Fort Point National Historic Site


Welcome back to National Parks & other public lands with T! If you are seeing this on Twitter or Facebook, please visit the blog to see all of the photos and read the story by clicking the link.


After exploring the Marin Headlands on the other side of the Golden Gate Bridge (you can see my post on the Marin Headlands by clicking here,) we drove across the famous bridge to visit Fort Point nestled under its southern side.


Fort Point was built during the Gold Rush by the United States Army to defend San Francisco Bay against foreign attacks. It was completed just before the start of the Civil War and never saw battle.DSC02578

Renowned for its fine masonry, it was saved from demolition in the 1930s . The Golden Gate Bridge architect designed the span to arch over the fort instead of razing it.


The fort is now protected as Fort Point National Historic Site, signed into law by President Nixon in 1970. It is administered by the National Park Service as a unit of the Golden Gate National Recreation Area.


We tagged on to the end of a ranger-led tour and explored the three levels where there are historical artifacts on display. There are great views of San Francisco and Alcatraz from the roof. And this view of the Golden Gate is quite a different perspective from the usual bridge vista.


Location: Long Ave & Marine Dr, San Francisco, CA 94129

Designation: National Historic Site

Date designation declared: 10/16/1970

Date of my visit: August 18, 2012


Golden Gate National Recreation Area: Marin Headlands


Welcome back to National Parks with T! If you are seeing this on Twitter or Facebook, please visit the blog to see all of the photos and read the story by clicking the link.

The Golden Gate National Recreation Area protects over 80 thousand acres in Northern California. For this trip, we decided to explore the Marin Headlands section. The Marin Headlands is a peninsula just north of San Francisco on the Marin County side of the Golden Gate Bridge. I’d been to San Francisco many times before and had seen the bridge from that perspective, but this was the first time for all of us viewing the bridge, Alcatraz and the city from this vantage point. There far fewer tourists here and we enjoyed the view that much more, even though the bridge remained mostly shrouded in fog.DSC02528

We stopped in two places. The first was Point Bonita. We hiked down the steep half mile trail through a tunnel in a hill and across a bridge to Point Bonita Light. There was a ranger on hand whose grandmother had lived in this lighthouse as a child. We spent a lot of time talking to him about the lighthouse which was constructed in 1855 as the third lighthouse on the West Coast. It is still active today and managed by the coast guard.DSC02538

The second place we stopped was the Marine Mammal Center.  Thank goodness for places like these! Our group felt it was well worth the visit and admission just to support the organization’s efforts to rehabilitate sick and injured marine mammals.
That said,we didn’t spend very long there. Our agenda for the day was pretty packed and we were there in between tour times. You can self-guide, but this is really not a zoo/aquarium. The animals are unwell and too much noise and commotion is not good for them. They can be viewed from a distance, but without the narrative from the docent on success stories, it was really too sad to linger for long. DSC02561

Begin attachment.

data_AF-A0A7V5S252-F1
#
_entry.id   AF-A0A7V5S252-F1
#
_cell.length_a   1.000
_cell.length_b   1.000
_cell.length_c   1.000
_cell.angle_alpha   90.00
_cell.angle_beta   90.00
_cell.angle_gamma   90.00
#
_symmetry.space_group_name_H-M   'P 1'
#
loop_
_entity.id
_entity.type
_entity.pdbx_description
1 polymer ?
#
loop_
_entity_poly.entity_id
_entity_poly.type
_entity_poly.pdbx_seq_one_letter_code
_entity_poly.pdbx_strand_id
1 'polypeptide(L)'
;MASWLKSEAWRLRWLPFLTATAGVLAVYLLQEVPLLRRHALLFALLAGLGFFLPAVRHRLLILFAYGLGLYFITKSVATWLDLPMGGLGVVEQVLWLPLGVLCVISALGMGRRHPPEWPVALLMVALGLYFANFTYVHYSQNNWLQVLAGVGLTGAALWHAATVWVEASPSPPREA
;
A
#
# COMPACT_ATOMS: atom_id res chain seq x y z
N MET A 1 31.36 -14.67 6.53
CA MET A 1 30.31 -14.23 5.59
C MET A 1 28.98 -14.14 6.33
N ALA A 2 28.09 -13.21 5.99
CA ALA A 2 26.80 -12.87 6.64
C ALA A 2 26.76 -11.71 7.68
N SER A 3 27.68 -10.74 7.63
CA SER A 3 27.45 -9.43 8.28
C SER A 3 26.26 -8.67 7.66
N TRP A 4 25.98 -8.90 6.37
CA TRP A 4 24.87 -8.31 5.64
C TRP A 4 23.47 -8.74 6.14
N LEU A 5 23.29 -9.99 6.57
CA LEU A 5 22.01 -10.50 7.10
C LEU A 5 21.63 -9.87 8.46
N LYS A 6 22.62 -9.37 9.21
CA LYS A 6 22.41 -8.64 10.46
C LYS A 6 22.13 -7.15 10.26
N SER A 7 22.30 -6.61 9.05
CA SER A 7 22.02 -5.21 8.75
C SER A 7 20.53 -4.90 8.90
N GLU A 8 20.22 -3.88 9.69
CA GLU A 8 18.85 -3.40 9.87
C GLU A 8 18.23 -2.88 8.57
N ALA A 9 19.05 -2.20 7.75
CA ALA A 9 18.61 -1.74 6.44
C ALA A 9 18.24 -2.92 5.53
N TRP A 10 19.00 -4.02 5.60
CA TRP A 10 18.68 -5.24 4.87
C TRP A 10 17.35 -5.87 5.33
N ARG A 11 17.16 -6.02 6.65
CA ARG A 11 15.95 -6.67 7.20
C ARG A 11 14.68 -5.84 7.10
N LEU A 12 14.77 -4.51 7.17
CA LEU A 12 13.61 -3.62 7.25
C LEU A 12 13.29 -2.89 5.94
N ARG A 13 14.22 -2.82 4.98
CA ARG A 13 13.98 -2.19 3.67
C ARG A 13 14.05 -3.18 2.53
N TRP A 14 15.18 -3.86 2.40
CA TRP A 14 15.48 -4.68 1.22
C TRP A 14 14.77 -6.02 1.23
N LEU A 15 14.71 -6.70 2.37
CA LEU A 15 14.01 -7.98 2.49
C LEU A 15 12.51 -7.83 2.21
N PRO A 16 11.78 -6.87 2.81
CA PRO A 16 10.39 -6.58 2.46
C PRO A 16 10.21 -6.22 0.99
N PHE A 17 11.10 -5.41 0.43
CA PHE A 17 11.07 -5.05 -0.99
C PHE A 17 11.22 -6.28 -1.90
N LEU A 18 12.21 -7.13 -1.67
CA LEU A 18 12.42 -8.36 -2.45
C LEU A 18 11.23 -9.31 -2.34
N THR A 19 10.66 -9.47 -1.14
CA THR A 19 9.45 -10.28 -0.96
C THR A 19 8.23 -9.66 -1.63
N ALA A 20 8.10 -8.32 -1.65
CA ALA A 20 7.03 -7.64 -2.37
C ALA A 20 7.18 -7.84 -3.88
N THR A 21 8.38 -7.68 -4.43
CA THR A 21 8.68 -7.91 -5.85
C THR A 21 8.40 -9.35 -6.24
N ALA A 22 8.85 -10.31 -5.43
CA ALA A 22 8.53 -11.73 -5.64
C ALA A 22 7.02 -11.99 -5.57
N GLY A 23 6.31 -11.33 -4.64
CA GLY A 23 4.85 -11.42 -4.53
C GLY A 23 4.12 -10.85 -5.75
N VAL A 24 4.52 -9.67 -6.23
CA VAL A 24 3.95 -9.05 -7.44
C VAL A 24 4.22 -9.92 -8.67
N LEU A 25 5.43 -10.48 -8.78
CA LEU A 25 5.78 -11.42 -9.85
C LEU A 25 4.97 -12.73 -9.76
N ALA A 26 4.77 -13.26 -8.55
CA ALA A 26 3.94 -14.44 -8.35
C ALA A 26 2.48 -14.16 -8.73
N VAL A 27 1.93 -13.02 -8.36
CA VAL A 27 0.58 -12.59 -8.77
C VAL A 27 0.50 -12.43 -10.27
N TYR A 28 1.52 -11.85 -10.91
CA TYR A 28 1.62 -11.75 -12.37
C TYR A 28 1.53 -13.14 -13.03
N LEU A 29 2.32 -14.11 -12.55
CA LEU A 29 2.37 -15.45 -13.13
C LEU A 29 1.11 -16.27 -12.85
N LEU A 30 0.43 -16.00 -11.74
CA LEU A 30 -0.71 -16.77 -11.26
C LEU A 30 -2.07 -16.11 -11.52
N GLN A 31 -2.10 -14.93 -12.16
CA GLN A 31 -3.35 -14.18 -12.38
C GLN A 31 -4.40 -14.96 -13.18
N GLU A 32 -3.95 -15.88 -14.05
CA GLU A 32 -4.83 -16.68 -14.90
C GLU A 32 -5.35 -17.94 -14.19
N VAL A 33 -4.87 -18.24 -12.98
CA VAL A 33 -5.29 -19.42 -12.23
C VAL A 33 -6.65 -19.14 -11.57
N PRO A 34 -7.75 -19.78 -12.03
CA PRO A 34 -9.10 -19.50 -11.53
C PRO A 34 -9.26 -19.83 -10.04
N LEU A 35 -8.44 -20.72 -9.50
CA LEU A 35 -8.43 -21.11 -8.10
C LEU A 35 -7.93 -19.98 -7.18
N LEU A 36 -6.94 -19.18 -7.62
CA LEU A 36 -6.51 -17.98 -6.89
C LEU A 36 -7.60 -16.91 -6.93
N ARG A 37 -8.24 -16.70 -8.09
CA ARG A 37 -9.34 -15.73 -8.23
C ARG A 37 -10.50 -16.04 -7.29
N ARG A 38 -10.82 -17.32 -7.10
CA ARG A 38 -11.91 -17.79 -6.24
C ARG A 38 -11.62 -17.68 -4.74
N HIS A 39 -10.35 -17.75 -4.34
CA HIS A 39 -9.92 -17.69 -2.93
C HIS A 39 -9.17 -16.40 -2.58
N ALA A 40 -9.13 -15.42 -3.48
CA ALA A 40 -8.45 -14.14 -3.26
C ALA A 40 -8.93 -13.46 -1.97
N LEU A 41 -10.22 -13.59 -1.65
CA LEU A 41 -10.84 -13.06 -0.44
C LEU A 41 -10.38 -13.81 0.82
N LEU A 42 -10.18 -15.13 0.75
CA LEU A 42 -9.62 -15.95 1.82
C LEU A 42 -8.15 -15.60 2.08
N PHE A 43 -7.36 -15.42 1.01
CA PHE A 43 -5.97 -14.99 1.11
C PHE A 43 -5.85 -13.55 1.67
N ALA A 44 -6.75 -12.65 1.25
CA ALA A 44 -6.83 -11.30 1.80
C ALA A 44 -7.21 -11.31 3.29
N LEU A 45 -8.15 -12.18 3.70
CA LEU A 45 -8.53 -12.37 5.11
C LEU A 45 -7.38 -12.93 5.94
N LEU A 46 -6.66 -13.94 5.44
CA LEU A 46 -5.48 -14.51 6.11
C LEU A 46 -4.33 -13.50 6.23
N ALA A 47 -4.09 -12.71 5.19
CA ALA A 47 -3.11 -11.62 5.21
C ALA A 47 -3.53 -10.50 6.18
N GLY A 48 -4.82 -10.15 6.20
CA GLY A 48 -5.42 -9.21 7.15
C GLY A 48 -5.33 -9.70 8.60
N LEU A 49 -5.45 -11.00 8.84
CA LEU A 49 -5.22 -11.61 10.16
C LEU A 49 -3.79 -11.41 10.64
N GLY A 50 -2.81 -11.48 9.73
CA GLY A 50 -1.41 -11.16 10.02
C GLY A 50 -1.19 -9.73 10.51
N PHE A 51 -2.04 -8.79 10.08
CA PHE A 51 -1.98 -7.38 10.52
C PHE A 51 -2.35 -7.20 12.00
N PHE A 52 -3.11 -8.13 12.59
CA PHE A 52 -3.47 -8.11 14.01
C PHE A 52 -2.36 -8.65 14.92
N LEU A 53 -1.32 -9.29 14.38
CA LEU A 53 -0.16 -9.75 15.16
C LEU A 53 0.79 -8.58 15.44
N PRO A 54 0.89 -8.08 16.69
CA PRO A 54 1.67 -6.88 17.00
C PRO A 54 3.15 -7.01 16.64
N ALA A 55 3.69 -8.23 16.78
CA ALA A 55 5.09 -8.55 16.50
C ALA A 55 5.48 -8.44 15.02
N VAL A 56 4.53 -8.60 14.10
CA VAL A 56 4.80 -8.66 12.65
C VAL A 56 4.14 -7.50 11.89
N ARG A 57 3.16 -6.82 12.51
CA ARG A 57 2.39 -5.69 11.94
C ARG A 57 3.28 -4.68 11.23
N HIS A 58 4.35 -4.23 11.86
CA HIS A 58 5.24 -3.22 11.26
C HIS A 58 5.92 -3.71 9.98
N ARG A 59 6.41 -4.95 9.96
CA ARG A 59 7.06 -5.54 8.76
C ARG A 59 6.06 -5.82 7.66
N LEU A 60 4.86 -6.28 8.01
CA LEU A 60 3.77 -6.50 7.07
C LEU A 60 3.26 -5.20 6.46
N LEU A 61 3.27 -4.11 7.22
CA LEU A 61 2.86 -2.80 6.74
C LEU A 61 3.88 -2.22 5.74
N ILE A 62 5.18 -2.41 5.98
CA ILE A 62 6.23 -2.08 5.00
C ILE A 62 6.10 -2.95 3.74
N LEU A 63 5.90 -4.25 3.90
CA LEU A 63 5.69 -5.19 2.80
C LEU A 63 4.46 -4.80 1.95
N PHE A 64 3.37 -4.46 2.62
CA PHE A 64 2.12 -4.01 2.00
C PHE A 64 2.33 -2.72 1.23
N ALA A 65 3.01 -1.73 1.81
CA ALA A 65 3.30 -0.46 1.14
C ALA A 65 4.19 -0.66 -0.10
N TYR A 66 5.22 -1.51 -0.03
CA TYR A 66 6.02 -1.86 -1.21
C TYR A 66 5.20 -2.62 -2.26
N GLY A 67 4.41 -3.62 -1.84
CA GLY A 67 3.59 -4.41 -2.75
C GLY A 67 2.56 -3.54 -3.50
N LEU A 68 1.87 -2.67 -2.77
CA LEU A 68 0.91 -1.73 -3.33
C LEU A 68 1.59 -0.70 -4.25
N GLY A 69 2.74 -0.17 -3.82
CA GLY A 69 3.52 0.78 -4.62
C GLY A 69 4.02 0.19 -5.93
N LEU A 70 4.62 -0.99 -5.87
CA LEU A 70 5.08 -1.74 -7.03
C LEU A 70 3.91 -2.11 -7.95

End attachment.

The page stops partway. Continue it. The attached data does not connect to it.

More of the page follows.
On the drive to the lighthouse, we found a pullout with a seal rock that was close enough for us to really see the seals without binoculars.

Location: 948 Fort Barry, Sausalito, CA 94965

Designation: National Recreation Area

Date designation declared: 10/27/1972

Date of my visit: August 12, 2012



Golden Gate NRA: Lands End

Location: 680 Point Lobos Ave, San Francisco, CA 94121

Designation: National Recreation Area

Date NPS designation declared: 10/27/1972

Date of my visit: August 30, 2017


Welcome back to National Parks with T! Please visit the blog and follow. The follow button can be found at the bottom of the page on your mobile device or at the bottom of the sidebar from your PC.


I got off the plane in SFO, picked up my rental car and my cousins and drove us to the Lands End Lookout Visitor Center near the historic Cliff House. This center wasn’t here on my previous visits to the bay area and is one of the newer additions to the Golden Gate National Recreation Area.

We had lunch in the Lookout Cafe attached to the NPS visitor center. They had some nice sandwiches, tuna and pasta salads to choose from as well as organic teas. We ate standing at the bar near the window for fear of being attacked by the birds outside. We stopped in the visitor’s center to peruse the displays, get my pin and then we walked the trail from the Sutro Baths to Land’s End

This is an easy trail along the coast with great views of the Golden Gate bridge, sailboats, marine life, etc…a perfect place to get my Pacific Ocean fix. I never realize how much I miss it until I’m standing on a bluff with wind in my hair and the smell of the sea in the air.

You can almost forget you’re within city limits except for the litter and graffiti here and there. Also, beware of leaving valuables visible in your car…there are signs posted in the lot warning of frequent break-ins.

You can make out part of the Sutro Bath ruins on the lower left hand side of this photo.